Wednesday, November 25, 2015

The Canvas

I just caught myself being jealous again. Yes, jealous! I read the review of a book I wish I wrote on a topic of my passion, “Stories That Heal the World.” The reviews were terrific, and they were all written by people whom I respect. I gulped and bought a copy. Why didn’t I write that book? Wait, I didn’t have the time (or the mental capacity) to write that book because I chose to be a homeschool mom instead, and for the last 15 years I have been in the trenches being a parent: A very committed and very hands-on parent. Do you ever feel this way? Like someone else is living the life you thought you wanted, or someone else has the kids you hope your kids will become?

Living in Los Angeles has made me keenly aware of this phenomenon. Ever since my kids were little I have been privy to conversations between parents about how great their kids are…parents boasting and bragging. I have even been guilty of this! Why not? We should be proud of our kids for their accomplishments and feel good that all of our driving and money spent on activities has paid off. For those of us who have chosen to be very hands-on parents, our kids are our canvas. At least it feels this way, even if it is not entirely true. If we were career driven prior to having children we may even see our peers and colleagues rise up the ranks while we seem to be treading water in the same place. But are we staying in the same place? What is this canvas and the picture we are trying to paint by being so intensely involved in our kids lives, especially if we are home educators?

Do we want our kids to be smart, achievement oriented, good athletes and musicians, great singers and dancers? Do we want our kids to win the science fair or be chosen to play college football? Can we measure our success as parents by the outcome of our kids? My mom, the late Dr. Evelyn “Effie” Golden was an incredibly inspiring person to many in her community, and my role model. She was a doctor and community activist. In 1958, the year before I was born, she was the chairperson for a large PTA convention in Michigan. She gave the keynote speech and in it she said:

“Most of our discussion will center around what young people are doing today, but I believe we should be discussing what young people are thinking. You and I as parents and educators are guilty because we have been more concerned about the minds of our young people than we have about their hearts, more concerned with their intellect than we have with their emotions. We have examined intellectual growth more than we examine who they care about. Their attitudes toward life, their concern for poverty, ignorance, prejudice, greed, racism and their concern for humanity. Their concern for the kind of person they want to become. Their desire to make this a better world, and their courage and willingness to be trail blazers and to assume risks, to work and make this land of ours a better, cleaner, healthier place for people to live. If this world is to get better, it will be only as the people in it get better.”

Her words could have been written today. Nothing has really changed. Our world is still a fraying tapestry and the holes are getting larger rather than smaller. On the eve of this Thanksgiving I sit and ponder her words and I think about my canvas: My kids. I chose to be a painter on this canvas, rather than the writer of that great book. Perhaps someday I will write that book, but not today. As I let my jealousy subside I am reminded that I am exactly where I need to be. My painting is a work in progress and the paint is still wet.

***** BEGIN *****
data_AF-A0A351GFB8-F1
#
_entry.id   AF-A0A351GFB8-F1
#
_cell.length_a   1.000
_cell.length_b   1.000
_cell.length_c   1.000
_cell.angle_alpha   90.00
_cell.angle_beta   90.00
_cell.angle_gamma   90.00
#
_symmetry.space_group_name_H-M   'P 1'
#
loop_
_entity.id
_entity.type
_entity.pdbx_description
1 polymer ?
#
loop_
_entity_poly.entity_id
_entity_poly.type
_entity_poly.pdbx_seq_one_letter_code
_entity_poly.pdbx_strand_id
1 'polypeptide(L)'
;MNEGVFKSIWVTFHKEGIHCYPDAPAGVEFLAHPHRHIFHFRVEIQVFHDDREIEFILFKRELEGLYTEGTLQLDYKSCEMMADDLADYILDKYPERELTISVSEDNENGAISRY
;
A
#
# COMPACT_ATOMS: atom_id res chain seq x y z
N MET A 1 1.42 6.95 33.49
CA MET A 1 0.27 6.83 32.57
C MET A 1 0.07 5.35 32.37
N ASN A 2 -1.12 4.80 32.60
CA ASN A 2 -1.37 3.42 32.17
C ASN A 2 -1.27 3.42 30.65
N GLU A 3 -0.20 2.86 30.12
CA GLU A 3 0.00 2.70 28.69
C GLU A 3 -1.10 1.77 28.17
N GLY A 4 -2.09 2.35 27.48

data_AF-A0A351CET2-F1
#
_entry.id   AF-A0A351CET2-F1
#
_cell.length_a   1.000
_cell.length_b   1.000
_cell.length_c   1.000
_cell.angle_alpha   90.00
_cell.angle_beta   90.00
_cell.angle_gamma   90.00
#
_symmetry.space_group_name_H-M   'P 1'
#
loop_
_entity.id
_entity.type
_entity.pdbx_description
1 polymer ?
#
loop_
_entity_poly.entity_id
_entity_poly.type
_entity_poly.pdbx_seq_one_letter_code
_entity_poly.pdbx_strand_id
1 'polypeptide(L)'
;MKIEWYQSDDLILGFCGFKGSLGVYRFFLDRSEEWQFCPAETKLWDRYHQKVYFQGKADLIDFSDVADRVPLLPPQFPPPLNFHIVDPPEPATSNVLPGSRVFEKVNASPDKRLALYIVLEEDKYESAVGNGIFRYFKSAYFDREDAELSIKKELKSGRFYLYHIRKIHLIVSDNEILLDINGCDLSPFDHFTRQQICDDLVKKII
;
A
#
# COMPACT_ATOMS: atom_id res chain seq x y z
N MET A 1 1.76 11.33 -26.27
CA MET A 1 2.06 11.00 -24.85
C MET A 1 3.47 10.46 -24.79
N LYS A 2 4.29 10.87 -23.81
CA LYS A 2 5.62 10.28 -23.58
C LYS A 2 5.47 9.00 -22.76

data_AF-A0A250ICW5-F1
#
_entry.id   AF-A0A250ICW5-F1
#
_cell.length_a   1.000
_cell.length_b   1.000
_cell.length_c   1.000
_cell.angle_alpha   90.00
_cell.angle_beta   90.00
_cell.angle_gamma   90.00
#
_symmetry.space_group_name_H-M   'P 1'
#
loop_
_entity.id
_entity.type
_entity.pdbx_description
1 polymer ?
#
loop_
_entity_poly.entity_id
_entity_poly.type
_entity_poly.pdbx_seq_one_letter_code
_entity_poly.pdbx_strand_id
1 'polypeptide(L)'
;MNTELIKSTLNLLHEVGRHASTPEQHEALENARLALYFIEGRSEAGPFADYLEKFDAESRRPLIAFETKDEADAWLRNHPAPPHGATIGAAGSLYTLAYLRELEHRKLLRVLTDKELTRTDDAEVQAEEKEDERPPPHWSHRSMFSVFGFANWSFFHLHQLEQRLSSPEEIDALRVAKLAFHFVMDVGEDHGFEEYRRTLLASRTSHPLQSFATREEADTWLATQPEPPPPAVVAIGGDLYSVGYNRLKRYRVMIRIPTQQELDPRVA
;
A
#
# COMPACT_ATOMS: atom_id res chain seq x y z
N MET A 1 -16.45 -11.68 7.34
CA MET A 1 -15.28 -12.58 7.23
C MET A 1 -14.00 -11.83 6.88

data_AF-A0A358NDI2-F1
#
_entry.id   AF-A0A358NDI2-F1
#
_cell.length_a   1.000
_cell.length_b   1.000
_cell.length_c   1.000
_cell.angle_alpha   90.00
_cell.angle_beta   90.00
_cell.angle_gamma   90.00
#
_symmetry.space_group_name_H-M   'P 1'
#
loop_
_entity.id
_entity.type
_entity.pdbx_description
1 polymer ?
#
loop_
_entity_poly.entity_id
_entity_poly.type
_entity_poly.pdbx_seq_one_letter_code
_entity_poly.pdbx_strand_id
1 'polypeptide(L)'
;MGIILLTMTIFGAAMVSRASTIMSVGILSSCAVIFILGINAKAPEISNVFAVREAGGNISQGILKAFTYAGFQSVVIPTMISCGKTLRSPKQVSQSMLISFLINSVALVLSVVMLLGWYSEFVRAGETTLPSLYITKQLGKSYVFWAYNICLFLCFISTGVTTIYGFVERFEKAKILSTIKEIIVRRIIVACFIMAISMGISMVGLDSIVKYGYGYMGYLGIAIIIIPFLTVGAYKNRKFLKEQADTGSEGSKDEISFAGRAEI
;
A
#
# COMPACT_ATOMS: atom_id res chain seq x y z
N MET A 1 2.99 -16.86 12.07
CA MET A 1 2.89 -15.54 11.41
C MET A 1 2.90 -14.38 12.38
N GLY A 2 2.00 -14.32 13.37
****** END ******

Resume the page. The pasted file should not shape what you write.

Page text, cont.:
My mother’s words ring loud and clear. My hope is that my kids have absorbed an outlook on life that focuses on caring for others perhaps through the care I have given them. Parenting should not be viewed as a sacrifice, but rather as the greatest mission a human can have, raising the next generation. Being a parent is not a “job” that gets you promotions or wins awards. It is rare to hear the words “thank you. It is not glamorous and there is no pay…and did I mention that it is 24/7? And yet the payoff is greater than any “job” I have ever taken. The payoff for me is a legacy of repairing the world for future generations.

This is the last year of my journey as a homeschool mom (to my own kids) my kids are growing up. They are adding colors to the canvases of their lives that I could never have imagined.  My mother used to say “give them wings and they will fly”. I am so proud of all their accomplishments but I am equally proud of the people they have become. They are caring and have the courage and willingness to be trail blazers and to assume risks to make the world a better place for all.

We are exactly where we need to be. Painting can be challenging. Often it is hard to figure out what to paint, especially if the surface is not smooth or the colors don’t stick. This painting is not a paint-by-numbers, but an abstract. Some of us have chosen to be home educators while others have landed here by default. It doesn’t matter how we got here, all that matters is that we understand that painting is an art…education is an art. Great art is not only filled with passion, but compassion. We are all artists on a journey and for some of us this is a full-time job.

This Thanksgiving I am thankful that I live in a place where home education is possible and I can pass on the legacy of my mother and the values that are important to me. “If this world is to get better, it will be only as the people in it get better.” It is not what we say but what we do that makes a difference for our kids. Be an example of care and compassion and your kids will follow. Today your days may be long and the work hard, but in the end the reviews will be outstanding. I send each of you a hug for a job well done.